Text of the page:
If Gilbert and Gubar are correct in arguing that “a male-female sexual dialectic impelled the construction of what we have traditionally understood as modernism” because alternative perspectives on life made sense to marginalized women (“Female Imagination“), it seems clear that such a “dialectic” is equally important to recent modernist Latino/a fiction. Latinas continue to find modernist experiments valuable in their “reeducation” of the reader. It would be fruitless to argue that Latinos tend to preach more than Latinas, just as it would be to claim that Latinas experiment more in their narratives, yet the role of gender, as one component of fiction that revolves around the conflict of oppositions (of class, race, ethnicity etc.), is certainly a dominant force in literary creativity. Considered from non-gender perspectives, one can conclude that the most innovative Latino writers, men and woman, tend to preach the least, and that rebelliousness of thought often parallels stylistic innovation. Given the extent of nostalgic desire to reach the island paradise of old, to reconnect oneself with a lost tradition and comprehensible order, one can easily see a connection between many male Latino writers (like Hijuelos or Candelaria for example) and what Ellen Friedman argues is a predominant characteristic of male modernist / Postmodernist fiction in general. Women writers, Friedman claims, “look forward, often beyond culture, beyond patriarchy, into the unknown, the outlawed” (244) and rely less upon either the Oedipus “master narrative” of a search for the missing father/identity/origin (i.e. Rodriguez’s Spidertown) or its variation: a preoccupation with the loss that the futility of that search creates (Martinez’s Voice-Haunted Journey). Having recognized the flaws of male society in the past and present, liberated women writers would necessarily lean toward, at least partially, removing themselves from the traditions of the past. In Latina literature, one must be attuned to the Latina writer’s difficulty in both recognizing her past, her “culturally constructed self” and moving “beyond the border of culture” for a sense of individuality and self worth (Friedman 243). In this way, Latino fiction is exemplative of Friedman’s point. Nostalgia for past order and the security of tradition is less a preoccupation for the modernist imagination of Latina writers than it for Latinos. One could point to characters like Cesar and Nestor Castillo in Mambo or Mickey Acuna in Gilb’s The Last Known Residence of Mickey Acuna and then consider any of the women in the works of Ana Castillo in order to clearly demonstrate the male writer’s attention to the demons of nostalgia and the Latina writer’s search for something quite different. In any case, beneath this important divergence, lies the modernist quest to, as Gonzalez Echevarra puts it, “search for a vision of the world different from, if not opposed to, that provided by Western culture” (117).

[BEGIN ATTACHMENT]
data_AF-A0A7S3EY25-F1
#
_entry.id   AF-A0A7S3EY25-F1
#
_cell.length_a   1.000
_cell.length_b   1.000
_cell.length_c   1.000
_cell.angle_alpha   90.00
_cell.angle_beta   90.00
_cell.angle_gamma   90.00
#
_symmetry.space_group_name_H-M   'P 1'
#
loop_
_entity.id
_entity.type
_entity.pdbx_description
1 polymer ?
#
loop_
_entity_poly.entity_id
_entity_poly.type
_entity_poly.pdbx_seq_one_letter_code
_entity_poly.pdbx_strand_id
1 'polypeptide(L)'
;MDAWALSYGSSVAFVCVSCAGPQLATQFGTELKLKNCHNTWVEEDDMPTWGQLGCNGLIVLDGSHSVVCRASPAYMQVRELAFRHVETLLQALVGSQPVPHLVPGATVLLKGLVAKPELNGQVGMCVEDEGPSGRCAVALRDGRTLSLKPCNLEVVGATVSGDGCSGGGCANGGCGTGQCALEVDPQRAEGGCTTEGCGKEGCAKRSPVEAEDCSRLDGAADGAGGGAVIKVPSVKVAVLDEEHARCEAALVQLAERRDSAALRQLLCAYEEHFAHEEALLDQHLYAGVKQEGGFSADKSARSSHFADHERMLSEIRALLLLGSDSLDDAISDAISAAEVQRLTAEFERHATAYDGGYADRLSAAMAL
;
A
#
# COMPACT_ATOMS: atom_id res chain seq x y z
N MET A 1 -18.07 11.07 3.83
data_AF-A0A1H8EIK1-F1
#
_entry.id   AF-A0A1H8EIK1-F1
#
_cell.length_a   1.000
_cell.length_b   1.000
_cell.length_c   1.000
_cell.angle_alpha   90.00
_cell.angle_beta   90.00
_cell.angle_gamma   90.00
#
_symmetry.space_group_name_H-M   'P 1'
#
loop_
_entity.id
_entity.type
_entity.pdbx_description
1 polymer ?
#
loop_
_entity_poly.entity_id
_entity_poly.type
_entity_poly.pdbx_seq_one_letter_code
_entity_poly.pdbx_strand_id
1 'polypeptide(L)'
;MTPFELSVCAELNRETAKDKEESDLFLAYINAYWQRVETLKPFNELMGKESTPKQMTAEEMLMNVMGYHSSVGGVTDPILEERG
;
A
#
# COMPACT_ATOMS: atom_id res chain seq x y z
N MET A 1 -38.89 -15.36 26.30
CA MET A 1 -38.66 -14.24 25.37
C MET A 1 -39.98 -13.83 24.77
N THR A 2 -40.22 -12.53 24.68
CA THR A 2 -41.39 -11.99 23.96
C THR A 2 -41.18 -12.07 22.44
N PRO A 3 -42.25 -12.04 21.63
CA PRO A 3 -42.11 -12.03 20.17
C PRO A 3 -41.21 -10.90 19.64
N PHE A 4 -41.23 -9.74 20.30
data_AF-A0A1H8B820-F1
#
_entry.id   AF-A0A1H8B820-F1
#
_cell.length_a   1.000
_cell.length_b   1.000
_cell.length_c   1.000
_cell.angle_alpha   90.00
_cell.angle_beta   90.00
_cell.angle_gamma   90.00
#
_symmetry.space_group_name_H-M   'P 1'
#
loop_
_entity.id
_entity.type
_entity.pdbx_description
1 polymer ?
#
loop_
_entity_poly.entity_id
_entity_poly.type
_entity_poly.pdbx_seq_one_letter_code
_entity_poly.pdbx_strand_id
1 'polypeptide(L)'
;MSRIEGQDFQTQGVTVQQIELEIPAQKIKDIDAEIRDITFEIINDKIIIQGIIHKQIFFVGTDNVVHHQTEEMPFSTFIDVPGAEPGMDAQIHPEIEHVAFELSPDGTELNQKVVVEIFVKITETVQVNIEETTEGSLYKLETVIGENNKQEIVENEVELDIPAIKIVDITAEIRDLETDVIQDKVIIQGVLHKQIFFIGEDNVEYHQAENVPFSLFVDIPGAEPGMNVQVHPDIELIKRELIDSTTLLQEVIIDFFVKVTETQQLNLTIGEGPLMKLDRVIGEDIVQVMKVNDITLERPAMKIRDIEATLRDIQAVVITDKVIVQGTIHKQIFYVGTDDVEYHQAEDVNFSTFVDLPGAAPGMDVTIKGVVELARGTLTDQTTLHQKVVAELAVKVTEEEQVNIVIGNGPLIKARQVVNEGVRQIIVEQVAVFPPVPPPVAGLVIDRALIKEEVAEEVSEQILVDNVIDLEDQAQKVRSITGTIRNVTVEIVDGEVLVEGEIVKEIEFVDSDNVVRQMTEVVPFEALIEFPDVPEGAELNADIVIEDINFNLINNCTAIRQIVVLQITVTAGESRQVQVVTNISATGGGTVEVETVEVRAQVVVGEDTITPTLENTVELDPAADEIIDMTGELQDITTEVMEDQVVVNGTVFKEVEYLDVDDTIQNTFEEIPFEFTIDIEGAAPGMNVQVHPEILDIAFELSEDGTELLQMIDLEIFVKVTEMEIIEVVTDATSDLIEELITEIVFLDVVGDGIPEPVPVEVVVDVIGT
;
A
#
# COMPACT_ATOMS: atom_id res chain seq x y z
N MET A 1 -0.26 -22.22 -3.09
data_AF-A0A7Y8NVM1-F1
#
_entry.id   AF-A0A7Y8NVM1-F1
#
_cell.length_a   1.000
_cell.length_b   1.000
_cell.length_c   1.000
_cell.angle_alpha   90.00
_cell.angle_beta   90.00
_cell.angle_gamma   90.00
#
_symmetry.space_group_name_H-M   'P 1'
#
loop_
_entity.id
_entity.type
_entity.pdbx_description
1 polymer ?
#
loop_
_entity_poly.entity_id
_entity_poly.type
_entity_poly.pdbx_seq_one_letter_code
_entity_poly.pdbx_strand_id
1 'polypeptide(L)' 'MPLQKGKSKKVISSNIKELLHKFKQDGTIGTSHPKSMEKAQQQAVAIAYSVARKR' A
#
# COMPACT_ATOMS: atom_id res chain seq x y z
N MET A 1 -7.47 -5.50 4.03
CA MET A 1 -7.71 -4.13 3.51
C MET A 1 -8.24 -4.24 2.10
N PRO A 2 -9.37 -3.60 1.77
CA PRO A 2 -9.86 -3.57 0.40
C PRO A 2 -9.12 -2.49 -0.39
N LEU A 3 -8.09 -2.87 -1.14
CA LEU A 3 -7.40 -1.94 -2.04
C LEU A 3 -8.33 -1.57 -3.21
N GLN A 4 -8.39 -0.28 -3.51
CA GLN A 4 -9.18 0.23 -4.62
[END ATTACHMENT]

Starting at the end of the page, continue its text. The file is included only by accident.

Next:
Though all fiction, it can be argued, teaches something, a general trend in recent Latino fiction suggests that the more varied and subtle (and stylistically sophisticated) the prose, the less conclusive the argument and the more pluralistic and polyphonic the work. The realism of a Piri Thomas has given way to the metafictional playfulness of Ed Vega just as the obvious borderland themes and linear, chronological narratives in Chicano writing of the 60’s and 70’s have been replaced by the lyrical sketches of Sandra Cisneros and the narrative fragmentation of Helena Viramontes, writers whose works establish their cohesiveness through associations and juxtapositions as modernist fiction does. This could signal a decline of the Latino writer as spokesperson for a particular ethnic community (The Chicano writer, the Cuban-American writer, etc.) and, in fact, does suggest that Latino writers are simply becoming more versatile U.S. writers. It may just as well indicate that, as the spaces for creative expression widen for Latinos, those that choose to tell the stories of their lives are doing so in purely autobiographical forms while others are taking advantage of the multi-dimensional possibilities of fiction. Whatever the reasons, their experiments with fractured authorial point of view, ellipses and gaps connected in the mind of the reader by allusion and symbol, and non-linear, non-chronological plot lines present an intricate view of space and time which is decipherable only through a recursive process of discourse analysis.